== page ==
Yeah, absolutely. The Signal Protocol is the canonical example. It is the gold standard for messaging encryption. It was a significant and groundbreaking contribution to the field of cryptography. And it’s what WhatsApp uses, it’s what Google has used to encrypt their own messaging systems. We also developed methods for group chats, that means we don’t know who’s sending a message to whom. That metadata protection deserves almost more emphasis than the encryption of the messages themselves. Our goal is to know as little as possible, and we’re constantly pushing the boundaries of how little is possible.
As a general rule we open source our code, and we have a wonderful and robust community of people who are like, scrutinizing it, or validating it, who are finding issues and raising them in a ticket on our GitHub. So a key element there is that you don’t have to take our word for it. The lack of trade secrecy and a lack of obscurity means that it’s actually validated.
Curveball question here: quantum computing seems to be advancing very fast. And one of the risks of that is that at some point in the future, it will become possible for quantum computers to easily decrypt even material that is currently very strongly encrypted under current state-of-the-art protocols. No one knows when, so there’s quite a lot of uncertainty. How is Signal thinking about that risk?
We are investing in research to update the Signal protocol for post-quantum. It’s long term, slow burn research work that isn’t always publicized, but that we continue to do. But post quantum robustness for the protocol and the other encryption methods we use is definitely something we’re working on. The hope and the plan is to roll that out before it’s necessary, so there’s no gaps. I’m not a cryptographer, and I don’t spend all my time in the literature here. But I think the answer of ‘when’ is very much up in the air, based on what I do understand. There is a tech hype cycle playing fast and loose with terms like quantum computing, even as it’s very true that quantum is progressing, and we do need to be responsible and make the required investment to ensure we’re prepared.
Signal is currently beta-testing a way to transfer MobileCoin, a type of cryptocurrency that allows for anonymous payments, within the Signal app. But with the whole FTX collapse, and the increased scrutiny on crypto’s use case as a vehicle for money laundering, and for increasing the wealth of the wealthiest at the expense of some of the poorest in society—is crypto still something that Signal wants to connect its name and its reputation to?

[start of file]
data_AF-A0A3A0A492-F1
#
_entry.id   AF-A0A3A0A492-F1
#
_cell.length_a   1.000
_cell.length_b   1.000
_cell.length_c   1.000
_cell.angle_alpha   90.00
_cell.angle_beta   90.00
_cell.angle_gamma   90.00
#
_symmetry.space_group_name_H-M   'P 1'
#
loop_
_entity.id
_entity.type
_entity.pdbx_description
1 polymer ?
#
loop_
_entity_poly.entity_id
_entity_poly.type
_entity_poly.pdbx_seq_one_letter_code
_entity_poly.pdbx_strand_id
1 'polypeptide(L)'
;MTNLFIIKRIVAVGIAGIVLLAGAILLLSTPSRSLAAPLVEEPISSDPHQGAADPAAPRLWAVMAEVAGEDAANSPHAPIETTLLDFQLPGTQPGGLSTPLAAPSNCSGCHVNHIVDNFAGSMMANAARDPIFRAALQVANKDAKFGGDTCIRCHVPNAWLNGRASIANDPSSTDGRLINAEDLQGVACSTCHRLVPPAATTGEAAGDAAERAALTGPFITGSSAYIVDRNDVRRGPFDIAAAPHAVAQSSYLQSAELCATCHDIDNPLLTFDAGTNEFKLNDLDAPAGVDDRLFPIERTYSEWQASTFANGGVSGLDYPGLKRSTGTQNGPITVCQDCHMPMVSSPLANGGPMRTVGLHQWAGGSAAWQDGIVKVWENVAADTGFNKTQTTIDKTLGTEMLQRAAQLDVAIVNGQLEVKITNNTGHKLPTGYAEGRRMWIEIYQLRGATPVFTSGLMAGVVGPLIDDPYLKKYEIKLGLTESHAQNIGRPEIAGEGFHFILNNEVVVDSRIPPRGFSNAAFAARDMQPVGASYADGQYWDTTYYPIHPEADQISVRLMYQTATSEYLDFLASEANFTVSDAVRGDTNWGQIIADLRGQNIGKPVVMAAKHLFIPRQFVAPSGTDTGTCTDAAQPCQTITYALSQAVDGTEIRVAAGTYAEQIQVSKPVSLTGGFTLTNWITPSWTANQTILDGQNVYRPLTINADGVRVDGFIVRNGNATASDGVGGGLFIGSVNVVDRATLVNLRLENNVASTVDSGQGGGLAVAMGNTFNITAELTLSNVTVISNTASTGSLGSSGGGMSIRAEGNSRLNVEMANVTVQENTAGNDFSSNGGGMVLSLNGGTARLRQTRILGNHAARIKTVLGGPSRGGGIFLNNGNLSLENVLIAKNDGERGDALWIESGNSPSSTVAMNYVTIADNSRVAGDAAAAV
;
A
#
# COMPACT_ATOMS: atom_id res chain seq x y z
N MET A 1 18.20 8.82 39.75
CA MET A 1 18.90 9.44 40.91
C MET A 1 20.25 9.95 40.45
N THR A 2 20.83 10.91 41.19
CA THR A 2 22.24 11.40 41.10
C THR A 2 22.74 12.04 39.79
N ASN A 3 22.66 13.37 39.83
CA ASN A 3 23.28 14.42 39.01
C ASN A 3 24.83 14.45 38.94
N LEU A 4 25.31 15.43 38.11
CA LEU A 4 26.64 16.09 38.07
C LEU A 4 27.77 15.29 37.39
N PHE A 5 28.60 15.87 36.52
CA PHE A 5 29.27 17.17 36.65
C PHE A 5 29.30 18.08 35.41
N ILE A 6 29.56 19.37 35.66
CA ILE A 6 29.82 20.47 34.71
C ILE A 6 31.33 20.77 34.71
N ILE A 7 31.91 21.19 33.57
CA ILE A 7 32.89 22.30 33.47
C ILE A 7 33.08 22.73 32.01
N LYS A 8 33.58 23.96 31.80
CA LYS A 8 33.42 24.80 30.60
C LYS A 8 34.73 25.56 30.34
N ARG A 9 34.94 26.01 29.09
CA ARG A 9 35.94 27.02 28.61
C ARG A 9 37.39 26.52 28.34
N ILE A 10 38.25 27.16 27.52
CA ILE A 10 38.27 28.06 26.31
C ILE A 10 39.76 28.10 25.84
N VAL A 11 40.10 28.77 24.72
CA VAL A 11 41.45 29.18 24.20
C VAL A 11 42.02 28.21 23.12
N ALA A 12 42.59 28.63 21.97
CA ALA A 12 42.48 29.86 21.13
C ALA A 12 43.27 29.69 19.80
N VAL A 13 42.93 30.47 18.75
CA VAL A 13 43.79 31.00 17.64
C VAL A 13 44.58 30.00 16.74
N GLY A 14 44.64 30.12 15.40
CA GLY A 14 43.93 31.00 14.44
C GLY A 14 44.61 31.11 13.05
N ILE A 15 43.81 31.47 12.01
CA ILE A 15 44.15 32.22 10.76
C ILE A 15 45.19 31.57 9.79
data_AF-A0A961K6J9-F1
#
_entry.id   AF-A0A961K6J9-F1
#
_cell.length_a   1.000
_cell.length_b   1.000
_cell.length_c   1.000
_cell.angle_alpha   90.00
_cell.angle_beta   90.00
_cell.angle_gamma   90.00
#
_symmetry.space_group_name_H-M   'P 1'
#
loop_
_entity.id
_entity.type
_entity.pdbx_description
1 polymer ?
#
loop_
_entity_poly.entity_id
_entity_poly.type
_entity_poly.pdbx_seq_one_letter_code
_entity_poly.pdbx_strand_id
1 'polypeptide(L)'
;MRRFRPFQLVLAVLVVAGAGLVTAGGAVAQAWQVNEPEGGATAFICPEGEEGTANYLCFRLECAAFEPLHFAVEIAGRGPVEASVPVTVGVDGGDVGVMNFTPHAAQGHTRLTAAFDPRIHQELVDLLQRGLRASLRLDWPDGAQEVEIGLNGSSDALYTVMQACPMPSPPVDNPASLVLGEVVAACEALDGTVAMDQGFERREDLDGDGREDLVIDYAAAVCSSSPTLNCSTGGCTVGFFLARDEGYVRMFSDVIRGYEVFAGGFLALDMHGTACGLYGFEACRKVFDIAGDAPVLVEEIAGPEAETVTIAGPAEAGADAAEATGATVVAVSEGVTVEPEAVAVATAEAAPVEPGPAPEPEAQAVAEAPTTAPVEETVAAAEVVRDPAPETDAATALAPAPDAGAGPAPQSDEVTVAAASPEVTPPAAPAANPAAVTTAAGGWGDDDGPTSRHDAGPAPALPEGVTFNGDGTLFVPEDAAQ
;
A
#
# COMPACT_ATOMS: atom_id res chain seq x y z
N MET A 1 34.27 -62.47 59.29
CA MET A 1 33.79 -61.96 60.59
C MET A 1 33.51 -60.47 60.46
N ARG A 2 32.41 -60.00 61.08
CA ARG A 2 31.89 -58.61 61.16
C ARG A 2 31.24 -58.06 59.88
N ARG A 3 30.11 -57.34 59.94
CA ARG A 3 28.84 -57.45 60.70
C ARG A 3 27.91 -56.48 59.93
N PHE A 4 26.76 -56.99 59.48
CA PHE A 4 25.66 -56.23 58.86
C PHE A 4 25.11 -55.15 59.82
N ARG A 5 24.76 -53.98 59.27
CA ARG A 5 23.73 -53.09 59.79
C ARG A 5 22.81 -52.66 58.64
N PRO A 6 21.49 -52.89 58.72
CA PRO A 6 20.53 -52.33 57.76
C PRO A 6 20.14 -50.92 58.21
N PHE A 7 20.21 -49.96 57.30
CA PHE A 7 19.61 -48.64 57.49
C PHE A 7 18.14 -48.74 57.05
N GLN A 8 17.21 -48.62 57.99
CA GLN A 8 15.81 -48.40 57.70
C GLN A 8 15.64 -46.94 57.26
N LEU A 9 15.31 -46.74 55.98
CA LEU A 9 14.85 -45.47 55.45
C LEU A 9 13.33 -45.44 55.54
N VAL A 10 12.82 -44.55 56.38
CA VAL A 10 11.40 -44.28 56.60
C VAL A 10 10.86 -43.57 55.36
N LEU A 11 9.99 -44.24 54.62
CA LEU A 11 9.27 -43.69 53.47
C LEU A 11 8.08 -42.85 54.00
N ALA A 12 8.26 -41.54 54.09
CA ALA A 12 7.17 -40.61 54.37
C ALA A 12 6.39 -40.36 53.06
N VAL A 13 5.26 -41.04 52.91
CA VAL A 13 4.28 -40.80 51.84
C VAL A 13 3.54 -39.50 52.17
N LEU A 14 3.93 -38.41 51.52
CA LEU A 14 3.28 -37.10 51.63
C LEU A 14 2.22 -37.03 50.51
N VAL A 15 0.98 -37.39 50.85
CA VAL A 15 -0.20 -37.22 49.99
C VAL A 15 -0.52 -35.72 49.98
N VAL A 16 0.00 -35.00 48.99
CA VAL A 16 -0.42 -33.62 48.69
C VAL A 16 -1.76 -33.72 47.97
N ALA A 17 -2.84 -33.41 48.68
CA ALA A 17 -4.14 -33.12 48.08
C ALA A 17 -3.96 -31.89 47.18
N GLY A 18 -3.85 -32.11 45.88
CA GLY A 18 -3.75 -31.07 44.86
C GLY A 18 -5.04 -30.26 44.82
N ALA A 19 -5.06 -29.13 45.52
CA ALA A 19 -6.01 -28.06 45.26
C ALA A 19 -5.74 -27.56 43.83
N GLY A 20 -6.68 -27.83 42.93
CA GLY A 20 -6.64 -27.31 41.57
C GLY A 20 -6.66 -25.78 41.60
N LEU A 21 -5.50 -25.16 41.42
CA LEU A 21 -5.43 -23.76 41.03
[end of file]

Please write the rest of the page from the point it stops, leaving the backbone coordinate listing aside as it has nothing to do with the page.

I mean, look, crypto is a vehicle for extremely risky securities trading. Most of the money goes through centralized exchanges. A lot of these exchanges don’t seem to be capitalized. This is a moment in crypto where I think it’s becoming clear that a lot of what was valorized as technical innovation is more akin to securities fraud. Crypto is a sh-t show right now.
But the goal of enabling people who are unbanked, or outside of traditional economies, to make payments securely is one that I do agree with. We’ve seen folks be deplatformed from major credit card platforms. The technological mechanisms that are centralizing surveillance around financial transactions, have been used to deplatform sex workers or others, and render them unable to live. So I believe that cash and other forms of anonymous payments need to exist, because the coercive power of financial surveillance at the level that we’re seeing is dangerous and can lead to forms of social control that can be extremely dangerous. But I think we’re watching crypto at a moment where a lot of the mask is off.
Signal is not MobileCoin. Signal is a separate organization. Mobile coin is a very, very experimental integration [into Signal]. But again, I will say, you know, Signal’s core focus is private messaging. I think anonymous payments are a necessary service. But currently crypto is a sh-t show that we are observing carefully.